Thursday, December 6, 2012


logoThursday, December 06, 2012

Still magical

Still magical

Charms, magic and hocus pocus make way for the drama of local politics in J K Rowling’s long awaited book

The pretty little town of Pagford is any small English town, with cobbled streets and tidy houses, and this is how the residents wish to keep it. But in an act seen as a betrayal by its residents, land belonging to Pagford is sold, and ‘Fields,’ an unattractive, low income housing estate is built on that land. Eventually, as communities do, Fields grows to the doorstep of Pagford. The people of Pagford are forced to share their school and other facilities with Fields, and to interact with its residents. It is no longer possible to ignore the seamier side of life as lived by their council house neighbours, many of whom, to add to their undesirability, are on welfare. This inability to ignore is not for want of trying.

The Bellchapel Addiction Clinic provides methadone treatment for drug addiction. An overwhelming number of its clients live in Fields, but it is the Parish of Pagford that provides the funds for its programmes. Pagford has been lobbying to close the clinic years, without attempting to recognize its crucial role in helping addicts overcome their addiction.  The main protagonist of the novel, Barry Fairbrother, a local Pagford Parish Councillor, who dies on the second page, was fighting this closure. His successor will either continue Fairbrother’s efforts or oppose them.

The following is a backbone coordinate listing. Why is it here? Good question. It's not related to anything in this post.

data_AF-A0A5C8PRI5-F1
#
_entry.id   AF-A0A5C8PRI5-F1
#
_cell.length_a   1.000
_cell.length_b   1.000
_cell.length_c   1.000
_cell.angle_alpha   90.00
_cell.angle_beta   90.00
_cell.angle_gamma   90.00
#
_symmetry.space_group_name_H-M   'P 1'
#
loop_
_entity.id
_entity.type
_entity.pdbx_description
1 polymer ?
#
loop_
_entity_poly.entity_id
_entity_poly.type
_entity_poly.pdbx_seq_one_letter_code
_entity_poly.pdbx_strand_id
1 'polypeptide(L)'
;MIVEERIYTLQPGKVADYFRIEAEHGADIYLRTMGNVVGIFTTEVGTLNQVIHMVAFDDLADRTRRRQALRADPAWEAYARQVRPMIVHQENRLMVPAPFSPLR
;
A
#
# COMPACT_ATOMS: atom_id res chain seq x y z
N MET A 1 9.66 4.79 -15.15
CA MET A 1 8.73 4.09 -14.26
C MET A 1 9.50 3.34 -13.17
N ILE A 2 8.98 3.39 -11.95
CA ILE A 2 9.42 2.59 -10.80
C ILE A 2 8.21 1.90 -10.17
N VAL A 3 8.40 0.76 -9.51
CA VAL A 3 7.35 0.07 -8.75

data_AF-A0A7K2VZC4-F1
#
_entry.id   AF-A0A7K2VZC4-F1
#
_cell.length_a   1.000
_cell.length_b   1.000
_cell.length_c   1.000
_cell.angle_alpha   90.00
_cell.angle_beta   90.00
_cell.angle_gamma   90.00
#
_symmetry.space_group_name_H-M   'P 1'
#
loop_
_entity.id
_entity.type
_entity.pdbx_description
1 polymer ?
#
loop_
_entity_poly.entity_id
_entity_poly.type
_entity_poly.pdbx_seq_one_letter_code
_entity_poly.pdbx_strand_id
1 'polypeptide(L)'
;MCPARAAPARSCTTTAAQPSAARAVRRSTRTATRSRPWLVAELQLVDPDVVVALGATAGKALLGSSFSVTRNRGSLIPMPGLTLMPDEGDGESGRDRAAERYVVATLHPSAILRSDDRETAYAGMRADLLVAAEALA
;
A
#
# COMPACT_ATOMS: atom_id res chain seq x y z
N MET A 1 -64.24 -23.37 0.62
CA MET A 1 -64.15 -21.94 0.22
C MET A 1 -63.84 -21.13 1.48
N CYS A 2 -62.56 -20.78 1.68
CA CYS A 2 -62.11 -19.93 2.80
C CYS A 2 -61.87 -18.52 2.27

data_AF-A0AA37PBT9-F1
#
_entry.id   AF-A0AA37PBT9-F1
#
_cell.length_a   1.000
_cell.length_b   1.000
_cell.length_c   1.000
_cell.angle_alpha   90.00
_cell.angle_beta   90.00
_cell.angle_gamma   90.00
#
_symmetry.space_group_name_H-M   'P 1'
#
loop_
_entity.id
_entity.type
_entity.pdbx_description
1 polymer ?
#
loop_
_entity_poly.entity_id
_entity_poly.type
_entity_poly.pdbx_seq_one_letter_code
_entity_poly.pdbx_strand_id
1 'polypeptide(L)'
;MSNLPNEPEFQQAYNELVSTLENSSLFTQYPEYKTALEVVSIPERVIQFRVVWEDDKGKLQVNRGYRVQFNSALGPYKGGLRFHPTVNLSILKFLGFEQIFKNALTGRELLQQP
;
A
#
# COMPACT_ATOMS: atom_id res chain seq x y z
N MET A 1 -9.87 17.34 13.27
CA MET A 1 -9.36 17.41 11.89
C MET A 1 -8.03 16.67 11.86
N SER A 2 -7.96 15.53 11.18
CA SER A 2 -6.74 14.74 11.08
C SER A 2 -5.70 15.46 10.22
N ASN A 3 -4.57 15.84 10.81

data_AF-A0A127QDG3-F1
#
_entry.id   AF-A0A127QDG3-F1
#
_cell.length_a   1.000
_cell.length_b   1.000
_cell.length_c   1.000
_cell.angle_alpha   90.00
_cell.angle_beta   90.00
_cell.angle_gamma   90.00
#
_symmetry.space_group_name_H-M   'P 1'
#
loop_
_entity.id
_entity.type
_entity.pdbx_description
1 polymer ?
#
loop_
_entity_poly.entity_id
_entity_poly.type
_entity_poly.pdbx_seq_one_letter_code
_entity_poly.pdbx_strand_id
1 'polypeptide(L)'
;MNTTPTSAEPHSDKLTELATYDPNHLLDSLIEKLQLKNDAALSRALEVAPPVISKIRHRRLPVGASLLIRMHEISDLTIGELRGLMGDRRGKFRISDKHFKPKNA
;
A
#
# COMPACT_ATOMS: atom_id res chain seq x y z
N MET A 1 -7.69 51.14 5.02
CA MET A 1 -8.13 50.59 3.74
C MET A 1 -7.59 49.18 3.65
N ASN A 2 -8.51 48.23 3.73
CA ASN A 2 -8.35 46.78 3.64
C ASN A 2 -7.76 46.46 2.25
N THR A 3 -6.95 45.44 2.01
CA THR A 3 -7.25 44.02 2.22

J K Rowling did say that she sometimes has ‘a tendency to walk on the dark side,’ and the dark face of poverty and middle class bigotry is what this book is about, that and terrible dysfunctional relations, between partners, and between children and their parents.
One of the factors that cannot fail to impress is the bleak similarity between different societies and cultures when it comes to poverty, addiction, and abusive relationships.  Few writers could have pulled back the covers to reveal the horror beneath as sharply as J K Rowling does, or with as much honesty.
Most people who have ‘been there,’ are unwilling to admit the fact, and prosperity blunts their recollections. This has not happened in J K Rowling’s case. Pagford is drawn with a sensitive hand and obvious firsthand experience, instead of the quaint lens through which England is normally viewed.
There is humour, such as the tail end of Fairbrother’s funeral when the congregation files out of the church trying not to walk in time to the strong beat of a song chosen by the dead man’s children. There is also Howard, who takes nothing for granted but is inclined to believe what a woman says because she styles herself ‘Ms.’
It is equally obvious that Rowling’s teenage years were unpleasant (‘You couldn’t give me anything to make me go back to being a teenager. I hated it.’)  It shows up in her portrayal of Fats, Krystal, Andrew, Gaia and Sukhvinder, dysfunctional teenagers from dysfunctional families.